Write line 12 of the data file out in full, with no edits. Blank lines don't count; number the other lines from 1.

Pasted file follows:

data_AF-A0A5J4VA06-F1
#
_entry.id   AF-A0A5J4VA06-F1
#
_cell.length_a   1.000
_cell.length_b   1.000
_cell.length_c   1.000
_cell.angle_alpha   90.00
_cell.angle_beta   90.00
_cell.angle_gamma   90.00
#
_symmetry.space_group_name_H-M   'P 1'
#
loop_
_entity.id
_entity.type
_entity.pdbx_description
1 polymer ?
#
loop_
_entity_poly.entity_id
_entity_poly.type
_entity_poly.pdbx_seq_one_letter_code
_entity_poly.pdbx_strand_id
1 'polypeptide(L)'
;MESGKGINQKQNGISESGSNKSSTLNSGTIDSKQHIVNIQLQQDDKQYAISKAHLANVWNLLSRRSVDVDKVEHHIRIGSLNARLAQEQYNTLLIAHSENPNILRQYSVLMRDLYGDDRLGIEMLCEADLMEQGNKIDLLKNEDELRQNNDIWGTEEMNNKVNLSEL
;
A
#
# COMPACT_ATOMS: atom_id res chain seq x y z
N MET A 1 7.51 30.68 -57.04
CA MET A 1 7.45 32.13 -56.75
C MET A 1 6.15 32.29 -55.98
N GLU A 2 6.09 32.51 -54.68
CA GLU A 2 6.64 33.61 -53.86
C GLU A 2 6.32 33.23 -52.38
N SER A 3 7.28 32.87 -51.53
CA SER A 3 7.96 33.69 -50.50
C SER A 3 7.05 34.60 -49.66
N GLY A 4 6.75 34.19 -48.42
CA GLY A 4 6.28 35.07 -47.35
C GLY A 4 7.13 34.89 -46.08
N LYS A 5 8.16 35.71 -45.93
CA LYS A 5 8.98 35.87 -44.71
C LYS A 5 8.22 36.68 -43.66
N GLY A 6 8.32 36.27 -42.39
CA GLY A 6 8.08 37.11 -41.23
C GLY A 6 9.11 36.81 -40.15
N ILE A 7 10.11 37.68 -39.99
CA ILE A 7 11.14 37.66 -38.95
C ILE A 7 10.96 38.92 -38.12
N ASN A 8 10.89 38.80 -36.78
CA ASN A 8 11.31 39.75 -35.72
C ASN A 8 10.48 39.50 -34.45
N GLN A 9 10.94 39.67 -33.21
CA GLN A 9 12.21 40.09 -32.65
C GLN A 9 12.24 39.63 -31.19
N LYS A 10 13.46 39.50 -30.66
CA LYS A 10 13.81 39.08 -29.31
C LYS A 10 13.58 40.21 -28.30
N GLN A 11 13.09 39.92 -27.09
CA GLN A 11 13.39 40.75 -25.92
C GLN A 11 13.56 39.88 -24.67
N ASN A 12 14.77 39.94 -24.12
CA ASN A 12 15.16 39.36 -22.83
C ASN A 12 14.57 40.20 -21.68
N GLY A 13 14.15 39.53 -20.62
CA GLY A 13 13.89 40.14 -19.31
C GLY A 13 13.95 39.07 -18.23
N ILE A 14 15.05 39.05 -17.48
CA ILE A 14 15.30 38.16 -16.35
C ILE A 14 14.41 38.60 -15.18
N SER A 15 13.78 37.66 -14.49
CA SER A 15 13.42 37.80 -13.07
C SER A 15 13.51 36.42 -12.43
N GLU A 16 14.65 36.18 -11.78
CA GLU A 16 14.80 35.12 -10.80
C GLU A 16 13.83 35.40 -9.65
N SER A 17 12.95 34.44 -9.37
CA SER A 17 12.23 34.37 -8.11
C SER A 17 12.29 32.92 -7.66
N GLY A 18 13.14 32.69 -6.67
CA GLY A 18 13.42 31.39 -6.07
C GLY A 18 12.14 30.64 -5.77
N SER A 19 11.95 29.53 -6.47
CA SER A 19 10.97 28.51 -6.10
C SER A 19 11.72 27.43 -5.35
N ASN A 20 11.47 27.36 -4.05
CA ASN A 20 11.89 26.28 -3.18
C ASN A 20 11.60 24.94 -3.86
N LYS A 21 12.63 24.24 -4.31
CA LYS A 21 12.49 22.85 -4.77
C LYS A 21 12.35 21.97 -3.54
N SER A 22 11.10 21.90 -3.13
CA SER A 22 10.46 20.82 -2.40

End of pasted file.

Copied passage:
_symmetry.space_group_name_H-M   'P 1'